La Maison Des Acadienne is an in-depth look at Cajun life in Port Arthur and well worth a visit. There is a touch of music history there in the exhibit of Cajun instruments, crucial in the life of Cajuns. Isaac Payton Sweat, singer, and instrumentalist, was born in Port Arthur, Texas, on July 19, 1945. He played a bit of psychedelic rock and was a musician in Johnny Winters band before returning to country music, mostly with a Cajun flair. His hit version of “Cotton-Eyed Joe,” earned him the nickname of “Mr. Cotton-Eyed Joe.” His recordings included Cajun standards like “Matilda” and “Jole Blon.” He was found shot dead on June 23, 1990, in his garage in Richmond, Texas. The killer had never been found.

He has a place in the museum’s Music Hall as well as at La Maison Des Acadienne.

One face from early Rock and Roll days in the museum Music Hall is Ivory Joe Hunter. Ivory Joe Hunter had a radio show in Beaumont on KFDM in the early 1940s. His biggest hit was “Since I Met You Baby” in 1956. As his Rock career waned in the late 60s, he switched to Country and made frequent appearances on the Grand Ole Opry. He was one of the few musicians to play both the Monterey Jazz Festival and the Grand Ole Opry.

Music fans might not recognize the name of another Southeast Texas native, J.P. Richardson, represented in the museum’s Hall of fame. Still, everyone over a certain age remembers The Big Bopper.

He worked at KTRM in Beaumont, TX, and at one time, set a record for continuous broadcasting, lasting for over 122 hours from Beaumont’s Jefferson Theater. He developed “The Big Bopper” as a radio character and wrote and recorded several songs, including his number one hit “Chantilly Lace.” He also wrote many other songs for southeast Texas musicians, including George Jones’ “White Lightning” and Johnny Preston’s hit song “Running Bear.” He and George Jones did the song’s background vocals.  

When Buddy Holly, Ritchie Valens, and Richardson were killed in a plane crash on the morning of February 3, Richardson had not yet picked up his gold record award for “Chantilly Lace.” Later, singer/songwriter Don McLean wrote and recorded “American Pie” (The Day the Music Died) about the deaths of these three of America’s musical icons.

The area continues to produce musicians who have made and continue to make a mark in the world of music. Folks like Clay Walker born in 1969 in Beaumont, whose first album contained three #1 singles, “What’s It to You,” “Live Until I Die,” and “Dreaming with My Eyes Open” and went beyond gold to platinum.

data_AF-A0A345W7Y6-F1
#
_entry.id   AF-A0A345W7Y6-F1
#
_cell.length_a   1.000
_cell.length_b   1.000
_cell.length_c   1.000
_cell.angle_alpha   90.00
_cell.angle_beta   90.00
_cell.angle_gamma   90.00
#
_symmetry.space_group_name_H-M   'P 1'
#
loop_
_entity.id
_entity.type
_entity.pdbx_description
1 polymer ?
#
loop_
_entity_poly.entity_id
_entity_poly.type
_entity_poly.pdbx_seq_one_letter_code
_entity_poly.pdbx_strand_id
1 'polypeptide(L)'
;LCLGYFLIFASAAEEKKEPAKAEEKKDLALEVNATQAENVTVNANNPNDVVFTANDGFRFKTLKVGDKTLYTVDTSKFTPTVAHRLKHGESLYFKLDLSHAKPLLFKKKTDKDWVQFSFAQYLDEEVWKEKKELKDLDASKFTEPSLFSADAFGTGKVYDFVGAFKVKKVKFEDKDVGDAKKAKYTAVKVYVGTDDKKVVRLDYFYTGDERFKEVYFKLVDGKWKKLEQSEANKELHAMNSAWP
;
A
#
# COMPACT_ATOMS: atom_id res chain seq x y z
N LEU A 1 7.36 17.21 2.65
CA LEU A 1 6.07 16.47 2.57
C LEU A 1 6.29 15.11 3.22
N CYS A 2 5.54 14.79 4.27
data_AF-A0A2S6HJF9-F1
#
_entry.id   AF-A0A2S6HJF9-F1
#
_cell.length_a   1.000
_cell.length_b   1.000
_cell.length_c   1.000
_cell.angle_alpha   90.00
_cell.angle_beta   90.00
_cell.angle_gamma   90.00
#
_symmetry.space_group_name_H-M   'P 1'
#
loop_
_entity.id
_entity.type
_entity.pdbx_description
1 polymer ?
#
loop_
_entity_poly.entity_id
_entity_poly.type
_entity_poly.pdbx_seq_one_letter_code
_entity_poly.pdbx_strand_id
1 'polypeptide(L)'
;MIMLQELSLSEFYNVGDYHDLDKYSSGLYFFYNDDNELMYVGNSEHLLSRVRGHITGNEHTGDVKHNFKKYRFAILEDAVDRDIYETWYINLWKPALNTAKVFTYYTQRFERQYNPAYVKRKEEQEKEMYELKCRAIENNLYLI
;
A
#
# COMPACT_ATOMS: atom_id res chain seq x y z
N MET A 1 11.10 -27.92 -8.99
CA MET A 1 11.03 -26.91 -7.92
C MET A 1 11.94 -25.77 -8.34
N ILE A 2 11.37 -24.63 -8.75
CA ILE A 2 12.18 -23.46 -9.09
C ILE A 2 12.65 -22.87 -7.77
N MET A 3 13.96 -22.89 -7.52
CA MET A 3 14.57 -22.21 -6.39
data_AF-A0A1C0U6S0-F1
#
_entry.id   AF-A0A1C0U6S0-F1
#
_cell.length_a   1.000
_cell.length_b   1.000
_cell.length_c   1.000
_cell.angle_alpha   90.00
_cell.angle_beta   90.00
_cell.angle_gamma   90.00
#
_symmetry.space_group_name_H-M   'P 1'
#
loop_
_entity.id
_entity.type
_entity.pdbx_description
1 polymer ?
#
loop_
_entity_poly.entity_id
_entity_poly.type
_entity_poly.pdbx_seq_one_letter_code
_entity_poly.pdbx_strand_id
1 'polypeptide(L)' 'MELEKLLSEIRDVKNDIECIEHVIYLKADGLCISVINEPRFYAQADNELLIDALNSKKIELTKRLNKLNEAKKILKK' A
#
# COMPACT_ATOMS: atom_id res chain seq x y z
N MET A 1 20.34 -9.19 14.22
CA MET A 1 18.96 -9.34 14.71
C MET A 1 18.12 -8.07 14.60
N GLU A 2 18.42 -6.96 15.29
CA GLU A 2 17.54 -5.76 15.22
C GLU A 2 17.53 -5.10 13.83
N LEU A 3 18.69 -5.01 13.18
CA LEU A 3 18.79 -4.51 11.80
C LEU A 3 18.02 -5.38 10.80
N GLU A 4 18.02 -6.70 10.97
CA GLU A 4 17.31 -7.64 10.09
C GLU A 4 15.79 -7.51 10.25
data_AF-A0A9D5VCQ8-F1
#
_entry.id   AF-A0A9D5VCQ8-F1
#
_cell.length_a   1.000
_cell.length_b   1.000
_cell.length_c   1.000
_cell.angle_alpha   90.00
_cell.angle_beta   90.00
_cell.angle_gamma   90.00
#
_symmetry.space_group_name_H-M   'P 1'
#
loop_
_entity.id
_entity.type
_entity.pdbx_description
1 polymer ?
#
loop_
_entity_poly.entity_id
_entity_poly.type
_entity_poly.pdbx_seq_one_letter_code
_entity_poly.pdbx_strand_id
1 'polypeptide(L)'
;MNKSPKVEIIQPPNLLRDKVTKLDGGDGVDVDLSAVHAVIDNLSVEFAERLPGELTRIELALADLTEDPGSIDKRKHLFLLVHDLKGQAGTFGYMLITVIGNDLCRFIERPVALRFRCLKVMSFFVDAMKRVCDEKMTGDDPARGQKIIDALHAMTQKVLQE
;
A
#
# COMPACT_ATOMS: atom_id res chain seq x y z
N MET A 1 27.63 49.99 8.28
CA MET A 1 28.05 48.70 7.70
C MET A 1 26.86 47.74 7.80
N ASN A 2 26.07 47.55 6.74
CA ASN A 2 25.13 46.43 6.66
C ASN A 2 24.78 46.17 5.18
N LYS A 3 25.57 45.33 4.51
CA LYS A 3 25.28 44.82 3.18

Mark Chesnutt is also from Beaumont; his “Too Cold at Home” reached number 2 on the country music charts. Since then, he released ten Number One singles and has three platinum album awards.

Aside from learning the history at the Museum of the Gulf Coast, you can experience the musical vibe of the area in many other places. Beaumont First Thursdays on Calder takes place in downtown Beaumont on the first Thursday of every month. They offer free live music along with shopping and dining discounts along Calder Street from 5 to 9p.m.

The Julie Rogers Theater, once Beaumont’s City Hall and Auditorium, was built in 1928 and later converted to a theater. It offers many concerts.

The Jefferson Theater, built-in 1927, is in Downtown Beaumont on the block known as George Jones Place. Many local stars have played there, including Mark Chesnutt, who did a tribute to George Jones in 2013.

Many local venues are hosting what may be the next up-and-coming star in various genera, and each of these three offer fantastic food as well.

Rodair Roadhouse has live music every Thursday, Friday, and Saturday. The food has a Cajun flair. You can even get boiled crawfish on Mondays from 4-9 p.m. Whatever else you try, the fried green tomatoes with chili lime tartar is a winner. Literally. Rodair won the best restaurant for those delicious crunchy fried green tomatoes. I sampled them and totally agreed.

My entrée choice was shrimp, which was great, but I heard the chicken and sausage gumbo, and the boudin balls are also great. For an appetizer, try Jumbo Shrimp with jalapeno, Monterey jack & wrapped with bacon. It’s a great combination.

Tia Juanita’s Fish Camp is a shrine to music past and present. The walls are filled with posters and large photos of musicians ranging from Hank Williams to Janice Joplin. There’s Willie and Elvis and even a large picture of the Beetles “Abby Road” cover. It’s no surprise they have weekly live music acts.

The food is wonderful and unusual. It’s a fusion of Cajun and Mexican. We had the fried Alligator Bites, lightly breaded and served with a spicy dipping sauce, and Stuffed Mushrooms, filled with tasty crabmeat stuffing and topped with a shrimp sauce, for appetizers and shared Oysters Juanita, grilled oysters topped with bacon and jalapeno. Tasty and filling.

The sound of music is all over Southeast Texas.

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Written by Kathleen Walls